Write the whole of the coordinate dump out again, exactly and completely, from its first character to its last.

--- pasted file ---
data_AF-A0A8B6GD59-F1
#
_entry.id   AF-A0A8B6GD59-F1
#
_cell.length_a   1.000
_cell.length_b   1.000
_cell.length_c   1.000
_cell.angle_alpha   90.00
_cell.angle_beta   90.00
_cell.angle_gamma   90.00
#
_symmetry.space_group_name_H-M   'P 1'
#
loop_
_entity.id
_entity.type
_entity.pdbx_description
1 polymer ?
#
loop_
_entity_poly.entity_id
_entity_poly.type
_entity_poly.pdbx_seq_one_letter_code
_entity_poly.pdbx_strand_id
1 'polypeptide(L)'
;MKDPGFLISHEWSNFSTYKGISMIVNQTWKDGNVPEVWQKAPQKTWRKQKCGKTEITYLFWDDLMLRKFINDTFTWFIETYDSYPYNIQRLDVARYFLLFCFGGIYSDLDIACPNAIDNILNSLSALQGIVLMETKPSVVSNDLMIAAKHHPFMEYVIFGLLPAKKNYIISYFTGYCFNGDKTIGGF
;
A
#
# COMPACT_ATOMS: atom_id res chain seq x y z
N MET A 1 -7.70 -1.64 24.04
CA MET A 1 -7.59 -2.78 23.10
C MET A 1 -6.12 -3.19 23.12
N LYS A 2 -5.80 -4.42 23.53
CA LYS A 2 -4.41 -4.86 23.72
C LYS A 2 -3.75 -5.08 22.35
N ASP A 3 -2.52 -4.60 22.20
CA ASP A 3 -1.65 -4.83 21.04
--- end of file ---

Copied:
data_AF-A0A8B6GD59-F1
#
_entry.id   AF-A0A8B6GD59-F1
#
_cell.length_a   1.000
_cell.length_b   1.000
_cell.length_c   1.000
_cell.angle_alpha   90.00
_cell.angle_beta   90.00
_cell.angle_gamma   90.00
#
_symmetry.space_group_name_H-M   'P 1'
#
loop_
_entity.id
_entity.type
_entity.pdbx_description
1 polymer ?
#
loop_
_entity_poly.entity_id
_entity_poly.type
_entity_poly.pdbx_seq_one_letter_code
_entity_poly.pdbx_strand_id
1 'polypeptide(L)'
;MKDPGFLISHEWSNFSTYKGISMIVNQTWKDGNVPEVWQKAPQKTWRKQKCGKTEITYLFWDDLMLRKFINDTFTWFIETYDSYPYNIQRLDVARYFLLFCFGGIYSDLDIACPNAIDNILNSLSALQGIVLMETKPSVVSNDLMIAAKHHPFMEYVIFGLLPAKKNYIISYFTGYCFNGDKTIGGF
;
A
#
# COMPACT_ATOMS: atom_id res chain seq x y z
N MET A 1 -7.70 -1.64 24.04
CA MET A 1 -7.59 -2.78 23.10
C MET A 1 -6.12 -3.19 23.12
N LYS A 2 -5.80 -4.42 23.53
CA LYS A 2 -4.41 -4.86 23.72
C LYS A 2 -3.75 -5.08 22.35
N ASP A 3 -2.52 -4.60 22.20
CA ASP A 3 -1.65 -4.83 21.04